Mears Ltd v Shoreline Housing Partnership Ltd
Citation:  EWHC 27 (TCC),  EWCA Civ 639,  EWHC 1396 (TCC)
This case concerned a repair and maintenance contract for the several thousand properties operated by Shoreline; Mears was the successful tenderer. The tender was priced on the basis that for each individual task Mears would charge on a cost plus fee basis and that every six months this would be reconciled against the contractual Schedule of Rates which specified the value of each type of task. Mears would be entitled to the value of the tasks and would benefit from a further payment which reflected the extent to which the cost plus fee pricing was lower than the value price. If the cost plus fee pricing was greater than the value then Mears would owe the difference to Shoreline.
However, it was some 9-10 months after Mears was successful before the contract was finalised. During this time there were further negotiations around the various rates used to price work. Shoreline’s call centre staff had experienced difficulties allocating the correct code to the work which was necessary. Therefore, the parties agreed, in a supplementary document, that a simplified system of Composite Rates would be used by Shoreline’s staff when allocating work to Mears. These rates would then represent both the sum charged by Mears and the sum which would be paid by Shoreline ie there would be no six-monthly reconciliation.
The contract was operated for a six month period on the basis of these Composite Rates and the full contract was eventually agreed. However, it had not been amended to reflect the shift to Composite Rates instead of the Schedule of Rates. It had retrospective effect such that it covered the six month period during which Mears was carrying out work for Shoreline. It contained an entire agreement clause.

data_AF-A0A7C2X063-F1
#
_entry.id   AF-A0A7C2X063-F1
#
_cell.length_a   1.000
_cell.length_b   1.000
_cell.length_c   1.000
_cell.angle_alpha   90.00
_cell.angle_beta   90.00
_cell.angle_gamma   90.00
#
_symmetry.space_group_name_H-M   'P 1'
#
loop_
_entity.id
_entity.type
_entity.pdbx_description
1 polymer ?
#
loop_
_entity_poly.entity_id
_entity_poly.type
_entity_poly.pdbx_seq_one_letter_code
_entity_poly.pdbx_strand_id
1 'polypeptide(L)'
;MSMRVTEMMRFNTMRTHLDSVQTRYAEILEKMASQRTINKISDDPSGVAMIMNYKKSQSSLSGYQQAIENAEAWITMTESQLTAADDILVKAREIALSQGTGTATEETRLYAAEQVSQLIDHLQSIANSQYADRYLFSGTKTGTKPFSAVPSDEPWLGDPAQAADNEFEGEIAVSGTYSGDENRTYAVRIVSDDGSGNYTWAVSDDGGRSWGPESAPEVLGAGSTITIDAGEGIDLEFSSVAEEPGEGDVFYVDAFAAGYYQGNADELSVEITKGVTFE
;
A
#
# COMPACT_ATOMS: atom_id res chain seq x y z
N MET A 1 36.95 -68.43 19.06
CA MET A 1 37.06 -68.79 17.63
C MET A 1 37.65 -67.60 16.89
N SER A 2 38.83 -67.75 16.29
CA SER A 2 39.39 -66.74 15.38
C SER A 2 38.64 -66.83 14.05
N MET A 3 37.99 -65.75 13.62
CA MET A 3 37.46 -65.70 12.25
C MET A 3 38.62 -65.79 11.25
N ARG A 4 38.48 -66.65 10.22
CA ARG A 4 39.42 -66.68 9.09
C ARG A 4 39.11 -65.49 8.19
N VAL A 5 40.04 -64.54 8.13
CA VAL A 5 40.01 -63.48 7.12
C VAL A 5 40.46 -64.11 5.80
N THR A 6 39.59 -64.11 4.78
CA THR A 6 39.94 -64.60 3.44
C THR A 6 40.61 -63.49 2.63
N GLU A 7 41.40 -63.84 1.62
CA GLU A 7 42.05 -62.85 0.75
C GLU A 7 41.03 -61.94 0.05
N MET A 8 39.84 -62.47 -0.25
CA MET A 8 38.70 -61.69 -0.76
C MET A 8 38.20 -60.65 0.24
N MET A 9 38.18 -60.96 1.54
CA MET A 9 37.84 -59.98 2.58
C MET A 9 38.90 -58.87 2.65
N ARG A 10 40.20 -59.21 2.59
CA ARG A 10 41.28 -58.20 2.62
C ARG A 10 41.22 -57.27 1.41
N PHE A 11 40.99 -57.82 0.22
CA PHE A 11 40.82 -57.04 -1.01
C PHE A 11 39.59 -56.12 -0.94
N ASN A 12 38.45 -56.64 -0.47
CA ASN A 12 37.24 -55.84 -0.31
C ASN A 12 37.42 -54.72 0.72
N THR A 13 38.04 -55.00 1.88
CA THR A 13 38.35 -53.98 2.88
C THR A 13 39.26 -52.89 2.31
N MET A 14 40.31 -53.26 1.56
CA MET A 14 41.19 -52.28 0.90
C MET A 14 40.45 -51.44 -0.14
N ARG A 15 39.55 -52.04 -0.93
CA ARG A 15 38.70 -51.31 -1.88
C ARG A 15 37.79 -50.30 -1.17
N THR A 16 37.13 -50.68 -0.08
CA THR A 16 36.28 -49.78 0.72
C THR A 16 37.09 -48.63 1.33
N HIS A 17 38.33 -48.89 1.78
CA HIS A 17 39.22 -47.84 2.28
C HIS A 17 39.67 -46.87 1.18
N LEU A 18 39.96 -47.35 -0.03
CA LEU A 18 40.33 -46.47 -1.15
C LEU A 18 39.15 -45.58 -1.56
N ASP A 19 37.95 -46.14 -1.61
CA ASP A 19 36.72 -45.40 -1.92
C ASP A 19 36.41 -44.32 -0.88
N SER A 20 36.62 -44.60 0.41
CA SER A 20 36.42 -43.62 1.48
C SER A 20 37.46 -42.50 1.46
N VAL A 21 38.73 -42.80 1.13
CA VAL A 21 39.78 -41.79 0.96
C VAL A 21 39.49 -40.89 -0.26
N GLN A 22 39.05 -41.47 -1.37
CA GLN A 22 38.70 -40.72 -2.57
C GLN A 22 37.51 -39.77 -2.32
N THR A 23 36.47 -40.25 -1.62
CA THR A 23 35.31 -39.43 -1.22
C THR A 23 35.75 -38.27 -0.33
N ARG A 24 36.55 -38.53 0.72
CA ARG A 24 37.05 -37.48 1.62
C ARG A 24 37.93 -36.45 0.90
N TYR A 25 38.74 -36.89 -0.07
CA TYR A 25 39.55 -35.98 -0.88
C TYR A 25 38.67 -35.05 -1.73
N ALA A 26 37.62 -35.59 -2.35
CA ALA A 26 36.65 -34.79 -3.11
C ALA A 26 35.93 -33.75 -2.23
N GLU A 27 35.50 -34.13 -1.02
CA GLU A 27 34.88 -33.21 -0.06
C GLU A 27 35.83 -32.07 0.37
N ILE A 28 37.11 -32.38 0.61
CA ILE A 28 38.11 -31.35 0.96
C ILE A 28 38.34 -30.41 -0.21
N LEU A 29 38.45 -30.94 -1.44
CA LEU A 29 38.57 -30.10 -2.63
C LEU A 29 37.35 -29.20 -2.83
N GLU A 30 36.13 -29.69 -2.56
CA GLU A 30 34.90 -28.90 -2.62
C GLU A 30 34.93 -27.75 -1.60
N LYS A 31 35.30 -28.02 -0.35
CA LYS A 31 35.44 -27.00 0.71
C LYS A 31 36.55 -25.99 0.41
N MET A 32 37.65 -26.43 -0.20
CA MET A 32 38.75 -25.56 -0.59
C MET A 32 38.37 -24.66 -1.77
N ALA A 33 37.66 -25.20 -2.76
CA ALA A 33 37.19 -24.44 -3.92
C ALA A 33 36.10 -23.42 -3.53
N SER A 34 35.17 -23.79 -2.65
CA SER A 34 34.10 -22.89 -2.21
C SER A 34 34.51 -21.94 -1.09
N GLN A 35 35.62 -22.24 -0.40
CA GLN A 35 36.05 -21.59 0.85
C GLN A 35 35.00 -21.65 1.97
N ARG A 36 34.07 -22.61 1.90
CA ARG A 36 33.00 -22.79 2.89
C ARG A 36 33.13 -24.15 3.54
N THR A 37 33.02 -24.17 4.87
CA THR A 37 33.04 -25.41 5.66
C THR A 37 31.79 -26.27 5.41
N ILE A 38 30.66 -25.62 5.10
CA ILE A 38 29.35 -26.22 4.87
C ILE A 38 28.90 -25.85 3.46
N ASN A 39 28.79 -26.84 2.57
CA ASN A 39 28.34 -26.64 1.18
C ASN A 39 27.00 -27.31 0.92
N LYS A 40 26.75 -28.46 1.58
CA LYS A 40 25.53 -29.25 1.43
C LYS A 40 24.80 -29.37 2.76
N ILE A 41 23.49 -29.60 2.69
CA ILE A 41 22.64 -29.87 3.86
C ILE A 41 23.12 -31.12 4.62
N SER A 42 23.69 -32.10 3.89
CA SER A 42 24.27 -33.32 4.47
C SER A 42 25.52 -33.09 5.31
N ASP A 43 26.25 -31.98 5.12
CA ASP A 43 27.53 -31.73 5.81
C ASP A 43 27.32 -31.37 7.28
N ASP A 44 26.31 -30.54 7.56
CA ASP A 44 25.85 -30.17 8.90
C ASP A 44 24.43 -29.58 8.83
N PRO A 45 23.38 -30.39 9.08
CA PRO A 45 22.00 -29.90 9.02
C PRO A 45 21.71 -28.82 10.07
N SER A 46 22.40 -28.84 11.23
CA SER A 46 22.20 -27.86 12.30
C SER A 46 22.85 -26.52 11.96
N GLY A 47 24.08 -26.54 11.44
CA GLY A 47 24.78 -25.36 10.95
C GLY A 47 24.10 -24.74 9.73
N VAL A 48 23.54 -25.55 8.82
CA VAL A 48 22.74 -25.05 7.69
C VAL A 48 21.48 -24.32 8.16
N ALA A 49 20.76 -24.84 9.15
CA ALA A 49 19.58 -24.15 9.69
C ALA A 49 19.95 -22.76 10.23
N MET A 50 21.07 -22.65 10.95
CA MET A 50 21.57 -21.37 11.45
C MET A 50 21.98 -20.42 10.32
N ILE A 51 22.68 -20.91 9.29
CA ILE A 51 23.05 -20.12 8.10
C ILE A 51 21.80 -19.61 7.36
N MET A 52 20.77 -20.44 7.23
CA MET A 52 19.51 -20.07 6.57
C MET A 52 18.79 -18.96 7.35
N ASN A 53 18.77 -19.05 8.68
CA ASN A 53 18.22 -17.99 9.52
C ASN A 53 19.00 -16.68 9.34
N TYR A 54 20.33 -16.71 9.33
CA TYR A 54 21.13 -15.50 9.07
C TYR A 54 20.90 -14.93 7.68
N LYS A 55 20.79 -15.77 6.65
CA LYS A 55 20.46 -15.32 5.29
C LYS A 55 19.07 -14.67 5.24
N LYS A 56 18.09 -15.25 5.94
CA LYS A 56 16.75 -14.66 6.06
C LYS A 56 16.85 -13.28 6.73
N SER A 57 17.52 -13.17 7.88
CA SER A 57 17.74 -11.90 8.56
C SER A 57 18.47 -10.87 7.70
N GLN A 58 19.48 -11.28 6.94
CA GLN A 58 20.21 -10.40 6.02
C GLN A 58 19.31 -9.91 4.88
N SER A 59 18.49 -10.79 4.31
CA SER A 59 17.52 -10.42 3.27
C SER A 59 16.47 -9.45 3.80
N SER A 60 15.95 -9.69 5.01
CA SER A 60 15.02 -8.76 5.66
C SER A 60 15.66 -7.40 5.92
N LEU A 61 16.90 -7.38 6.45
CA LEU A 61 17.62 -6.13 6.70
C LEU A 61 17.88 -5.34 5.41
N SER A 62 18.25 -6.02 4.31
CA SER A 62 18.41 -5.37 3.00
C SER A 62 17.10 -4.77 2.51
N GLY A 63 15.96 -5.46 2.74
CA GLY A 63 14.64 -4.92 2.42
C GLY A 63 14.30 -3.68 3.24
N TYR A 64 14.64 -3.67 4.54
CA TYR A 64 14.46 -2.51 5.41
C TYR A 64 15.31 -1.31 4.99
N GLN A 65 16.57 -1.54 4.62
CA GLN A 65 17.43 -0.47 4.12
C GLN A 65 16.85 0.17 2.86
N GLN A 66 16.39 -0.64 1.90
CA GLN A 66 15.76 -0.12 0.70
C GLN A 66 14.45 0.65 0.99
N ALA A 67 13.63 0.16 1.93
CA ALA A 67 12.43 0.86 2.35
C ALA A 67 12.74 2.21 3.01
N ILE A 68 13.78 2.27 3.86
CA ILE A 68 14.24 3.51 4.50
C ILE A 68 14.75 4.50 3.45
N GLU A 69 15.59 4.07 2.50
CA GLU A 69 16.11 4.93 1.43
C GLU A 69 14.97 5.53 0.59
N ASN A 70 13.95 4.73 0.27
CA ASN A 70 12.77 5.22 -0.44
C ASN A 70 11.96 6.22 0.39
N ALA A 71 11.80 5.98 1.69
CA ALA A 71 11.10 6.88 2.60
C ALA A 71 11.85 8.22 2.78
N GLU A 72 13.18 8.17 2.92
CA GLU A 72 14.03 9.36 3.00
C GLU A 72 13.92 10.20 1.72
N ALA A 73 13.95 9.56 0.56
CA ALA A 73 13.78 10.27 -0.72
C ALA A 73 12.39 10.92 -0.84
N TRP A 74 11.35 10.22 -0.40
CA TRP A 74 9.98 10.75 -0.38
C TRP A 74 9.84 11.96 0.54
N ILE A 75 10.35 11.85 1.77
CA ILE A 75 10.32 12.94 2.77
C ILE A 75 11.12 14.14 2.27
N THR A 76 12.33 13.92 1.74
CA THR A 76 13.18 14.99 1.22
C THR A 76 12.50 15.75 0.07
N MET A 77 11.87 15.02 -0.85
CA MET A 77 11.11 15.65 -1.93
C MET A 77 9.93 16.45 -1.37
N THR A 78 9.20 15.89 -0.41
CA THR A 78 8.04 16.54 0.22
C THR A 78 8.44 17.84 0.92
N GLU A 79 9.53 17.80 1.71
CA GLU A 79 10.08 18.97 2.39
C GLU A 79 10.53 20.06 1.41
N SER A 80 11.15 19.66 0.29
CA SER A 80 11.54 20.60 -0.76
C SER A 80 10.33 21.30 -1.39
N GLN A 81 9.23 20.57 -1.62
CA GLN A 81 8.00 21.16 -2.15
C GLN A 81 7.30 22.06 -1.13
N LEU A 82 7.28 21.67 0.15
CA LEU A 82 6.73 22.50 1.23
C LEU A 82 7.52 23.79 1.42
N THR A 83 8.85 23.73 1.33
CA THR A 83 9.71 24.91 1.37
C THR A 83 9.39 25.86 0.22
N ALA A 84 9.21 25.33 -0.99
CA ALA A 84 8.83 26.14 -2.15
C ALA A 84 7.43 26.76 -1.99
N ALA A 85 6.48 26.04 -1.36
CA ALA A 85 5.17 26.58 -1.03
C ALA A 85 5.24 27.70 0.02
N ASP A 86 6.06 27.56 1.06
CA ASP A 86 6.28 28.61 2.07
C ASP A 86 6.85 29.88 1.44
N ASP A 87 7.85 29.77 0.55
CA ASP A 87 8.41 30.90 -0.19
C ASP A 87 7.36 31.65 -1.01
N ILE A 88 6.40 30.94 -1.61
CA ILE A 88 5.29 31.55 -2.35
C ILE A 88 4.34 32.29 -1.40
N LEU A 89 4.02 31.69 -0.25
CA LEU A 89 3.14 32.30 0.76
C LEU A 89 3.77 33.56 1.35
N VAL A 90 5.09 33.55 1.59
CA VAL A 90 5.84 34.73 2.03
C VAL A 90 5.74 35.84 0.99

Towards the end of the six month period Shoreline determined that it had been overpaying Mears and withheld some £300,000 which Mears claimed was due to it. Shoreline claimed that the correct basis for pricing the work done was the Schedule of Rates. Mears maintained that it was the Composite Rates.
Mears issued a claim, alleging estoppel by convention, estoppel by representation, and misrepresentation. Shoreline denied the claims and sought to rely on the contract, including the entire agreement clause. Shoreline applied to have the claim struck out as disclosing no reasonable ground for bringing the claim.
Akenhead J noted that Mears’ Particulars of Claim had been poorly drafted, but nevertheless dismissed the application on the basis that sufficient evidence had been produced by Mears to support an arguable case on its claim. This finding was upheld by the Court of Appeal (Gloster, McCombe and Ryder LJJ).
At trial, Akenhead J found largely in favour of Mears. He found that the evidence supported a shared understanding that the Consolidated Rates were to be the basis of Mears’ charging and Shoreline’s payments; estoppel by convention was therefore made out. For the same reasons he found in favour of Mears on estoppel by representation and misrepresentation. However, he rejected Mears argument that the duty of good faith which was to be found in the contract could prevent Shoreline from relying on an express term of the contract viz the entire agreement clause.
Counsel: Marc Rowlands QC appeared on behalf of the Defendants.